Unilever issues warning on India growth in September quarter
Rise in skincare products’ prices owing to costlier raw materials affects Hindustan Unilever sales in the September quarter
Costlier inputs, which forced Hindustan Unilever Ltd (HUL) to raise prices of some skincare products, affected sales in the September quarter, parent Unilever Plc said Thursday.
The comment in Unilever’s third-quarter earnings presentation is in line with analysts’ forecasts that India’s largest consumer packaged goods firm by sales will post another quarter of tepid results.
“In India, prices in skin cleansing increased in response to rising commodity costs, dampening consumer demand for the category in the quarter,” Unilever said in a statement.
As commodity prices rose, the maker of Knorr Soup and Surf detergents, raised prices during the quarter to extract some price-led growth. However, that impacted demand.
On Thursday, HUL shares closed down 1.61% at Rs861.95 on BSE, while the exchange’s benchmark Sensex fell 1.56% to 27,643.11 points.
While the prices of key inputs such as crude oil, light liquid paraffin and copra remained lower when compared to the year-ago period, there has been a jump on a sequential basis, said Sameer Deshmukh, a research analyst at Reliance Securities Ltd, in a 12 October note to clients.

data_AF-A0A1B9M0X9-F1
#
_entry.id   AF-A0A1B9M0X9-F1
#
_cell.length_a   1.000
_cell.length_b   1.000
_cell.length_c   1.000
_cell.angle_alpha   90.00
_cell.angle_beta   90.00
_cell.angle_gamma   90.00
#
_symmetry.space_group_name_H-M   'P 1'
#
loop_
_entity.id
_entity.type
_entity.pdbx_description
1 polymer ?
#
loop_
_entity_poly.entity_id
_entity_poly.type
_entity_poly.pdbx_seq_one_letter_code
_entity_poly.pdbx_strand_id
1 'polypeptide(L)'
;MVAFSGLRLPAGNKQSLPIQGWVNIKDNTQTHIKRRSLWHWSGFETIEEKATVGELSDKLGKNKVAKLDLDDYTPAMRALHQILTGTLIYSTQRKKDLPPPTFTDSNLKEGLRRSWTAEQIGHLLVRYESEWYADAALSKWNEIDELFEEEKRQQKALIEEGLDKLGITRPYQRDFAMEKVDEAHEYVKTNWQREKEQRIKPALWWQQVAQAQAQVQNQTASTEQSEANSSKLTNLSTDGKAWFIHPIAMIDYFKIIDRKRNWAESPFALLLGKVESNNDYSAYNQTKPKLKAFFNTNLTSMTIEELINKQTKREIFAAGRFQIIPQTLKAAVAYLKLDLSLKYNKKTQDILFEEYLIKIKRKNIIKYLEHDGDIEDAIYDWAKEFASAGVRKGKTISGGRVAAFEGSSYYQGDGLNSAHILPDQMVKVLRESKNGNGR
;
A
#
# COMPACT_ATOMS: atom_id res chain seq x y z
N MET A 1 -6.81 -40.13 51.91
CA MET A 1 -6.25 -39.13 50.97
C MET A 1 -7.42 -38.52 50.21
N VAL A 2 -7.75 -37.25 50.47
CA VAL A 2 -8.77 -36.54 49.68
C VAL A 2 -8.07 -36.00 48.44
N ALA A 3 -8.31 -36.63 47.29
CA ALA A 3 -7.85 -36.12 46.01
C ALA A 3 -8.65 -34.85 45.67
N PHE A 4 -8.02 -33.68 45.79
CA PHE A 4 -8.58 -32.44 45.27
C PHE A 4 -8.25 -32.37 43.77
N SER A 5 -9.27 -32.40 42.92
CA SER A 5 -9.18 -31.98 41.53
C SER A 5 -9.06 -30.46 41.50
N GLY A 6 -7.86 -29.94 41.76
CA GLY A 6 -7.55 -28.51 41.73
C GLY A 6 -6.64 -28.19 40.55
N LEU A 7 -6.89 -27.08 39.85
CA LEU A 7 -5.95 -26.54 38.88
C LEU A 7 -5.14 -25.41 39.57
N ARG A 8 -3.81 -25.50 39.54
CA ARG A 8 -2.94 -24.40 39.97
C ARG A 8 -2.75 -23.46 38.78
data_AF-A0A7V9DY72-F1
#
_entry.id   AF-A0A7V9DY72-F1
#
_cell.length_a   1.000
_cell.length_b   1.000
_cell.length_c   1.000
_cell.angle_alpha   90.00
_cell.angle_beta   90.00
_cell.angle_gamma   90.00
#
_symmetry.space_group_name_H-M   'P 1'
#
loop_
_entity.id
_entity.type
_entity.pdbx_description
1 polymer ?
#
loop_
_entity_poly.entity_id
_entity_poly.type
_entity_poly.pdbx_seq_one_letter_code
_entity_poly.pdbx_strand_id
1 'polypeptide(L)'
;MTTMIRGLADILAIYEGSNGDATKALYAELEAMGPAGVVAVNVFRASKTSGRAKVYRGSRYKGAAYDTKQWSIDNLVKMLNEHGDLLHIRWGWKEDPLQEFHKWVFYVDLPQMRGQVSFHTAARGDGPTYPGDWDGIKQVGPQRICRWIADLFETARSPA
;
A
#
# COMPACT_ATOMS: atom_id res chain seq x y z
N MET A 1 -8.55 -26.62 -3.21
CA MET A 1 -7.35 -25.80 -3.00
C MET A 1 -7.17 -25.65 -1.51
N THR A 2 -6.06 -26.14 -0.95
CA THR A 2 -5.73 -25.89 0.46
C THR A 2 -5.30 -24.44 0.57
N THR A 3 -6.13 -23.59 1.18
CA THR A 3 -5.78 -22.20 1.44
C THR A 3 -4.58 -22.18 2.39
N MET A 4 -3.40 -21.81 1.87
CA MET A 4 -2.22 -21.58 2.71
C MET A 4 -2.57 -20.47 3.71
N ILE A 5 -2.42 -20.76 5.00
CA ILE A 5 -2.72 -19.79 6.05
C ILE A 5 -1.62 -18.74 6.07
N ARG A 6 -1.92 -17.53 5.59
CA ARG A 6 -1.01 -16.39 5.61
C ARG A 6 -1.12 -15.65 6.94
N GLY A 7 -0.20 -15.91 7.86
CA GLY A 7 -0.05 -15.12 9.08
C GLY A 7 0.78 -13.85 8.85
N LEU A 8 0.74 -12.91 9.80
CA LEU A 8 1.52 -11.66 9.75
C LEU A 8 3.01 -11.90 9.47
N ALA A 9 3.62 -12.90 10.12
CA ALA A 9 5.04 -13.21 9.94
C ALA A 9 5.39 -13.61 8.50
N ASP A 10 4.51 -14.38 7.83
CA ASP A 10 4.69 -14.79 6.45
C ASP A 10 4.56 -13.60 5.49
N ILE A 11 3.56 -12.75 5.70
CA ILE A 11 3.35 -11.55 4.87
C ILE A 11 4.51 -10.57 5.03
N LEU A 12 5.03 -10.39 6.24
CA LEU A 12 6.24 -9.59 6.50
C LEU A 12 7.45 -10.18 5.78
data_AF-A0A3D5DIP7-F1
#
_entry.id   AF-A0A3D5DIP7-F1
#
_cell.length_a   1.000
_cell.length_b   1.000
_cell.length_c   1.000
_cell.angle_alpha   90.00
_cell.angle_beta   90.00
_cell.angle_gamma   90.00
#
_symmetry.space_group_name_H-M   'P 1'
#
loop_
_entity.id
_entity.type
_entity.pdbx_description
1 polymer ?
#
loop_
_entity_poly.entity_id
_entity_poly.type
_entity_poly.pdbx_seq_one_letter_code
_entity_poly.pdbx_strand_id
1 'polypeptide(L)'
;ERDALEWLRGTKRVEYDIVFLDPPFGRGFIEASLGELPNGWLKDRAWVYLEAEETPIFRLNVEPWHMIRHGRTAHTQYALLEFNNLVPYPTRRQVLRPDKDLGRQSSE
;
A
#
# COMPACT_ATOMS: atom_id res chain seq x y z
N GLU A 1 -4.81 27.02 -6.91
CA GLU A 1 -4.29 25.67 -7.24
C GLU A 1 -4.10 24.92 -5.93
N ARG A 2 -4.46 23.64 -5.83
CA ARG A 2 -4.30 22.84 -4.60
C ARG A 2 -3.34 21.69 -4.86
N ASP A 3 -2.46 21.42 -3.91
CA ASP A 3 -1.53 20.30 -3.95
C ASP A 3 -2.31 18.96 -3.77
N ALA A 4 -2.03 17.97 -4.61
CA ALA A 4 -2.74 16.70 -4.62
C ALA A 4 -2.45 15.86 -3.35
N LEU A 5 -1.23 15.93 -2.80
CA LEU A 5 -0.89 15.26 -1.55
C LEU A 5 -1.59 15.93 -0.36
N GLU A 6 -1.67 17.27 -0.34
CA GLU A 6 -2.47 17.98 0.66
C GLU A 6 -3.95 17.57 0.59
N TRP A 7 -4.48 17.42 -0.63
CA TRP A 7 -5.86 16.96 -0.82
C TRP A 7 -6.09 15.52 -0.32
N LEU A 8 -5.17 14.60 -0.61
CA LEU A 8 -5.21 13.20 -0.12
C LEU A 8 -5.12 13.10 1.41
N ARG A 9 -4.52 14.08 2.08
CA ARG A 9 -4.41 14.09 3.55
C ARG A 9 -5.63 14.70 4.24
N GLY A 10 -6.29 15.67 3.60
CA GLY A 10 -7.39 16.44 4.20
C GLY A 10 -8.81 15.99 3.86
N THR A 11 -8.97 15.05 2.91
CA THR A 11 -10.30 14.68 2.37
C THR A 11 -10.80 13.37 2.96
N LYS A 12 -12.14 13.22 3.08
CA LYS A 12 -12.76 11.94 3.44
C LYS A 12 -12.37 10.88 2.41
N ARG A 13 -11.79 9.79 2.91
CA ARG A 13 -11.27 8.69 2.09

His report highlighted that the prices of palm fatty acid distillate, a key raw material for soaps, were higher by 30% compared to the year-ago period, while milk prices were higher by 14%. Reliance Securities expects HUL to report volume growth of 3% in the September quarter.
Analysts at brokerage Prabhudas Lilladher Pvt. Ltd have also forecast a 3% volume growth.
“HUL is expected to report a 3.5% increase in sales on 3% volume growth as price deflation in soaps and detergents, tepid demand and stocking due to transport strike is in base (the previous year),” said analysts Amnish Aggarwal and Gaurav Jogani of Prabhudas Lilladher.
According to Aggarwal and Jogani, demand recovery is yet to set in, while improvement in sentiments is visible.
“Benefits from OROP (one rank one pension) and 7th Pay Commission, increased budgetary allocation for rural India, infrastructure spending and most importantly good monsoon are yet to flow in. Rural demand growth remains muted and all hopes rest on revival in demand post harvest in October. Urban demand has seen some uptick,” the Prabhudas analysts wrote.
HUL’s volume growth has been subdued in the last 14 quarters, coming in at mid single digits. For the three months ended June, volume growth was 4%.
There were expectations that a good monsoon and the Pay Commission award would lead to increased demand, but the effects of those are mostly seen in discretionary consumer goods such as automobiles and air tickets because of pent-up demand which remained unfulfilled over the past two drought-ridden years.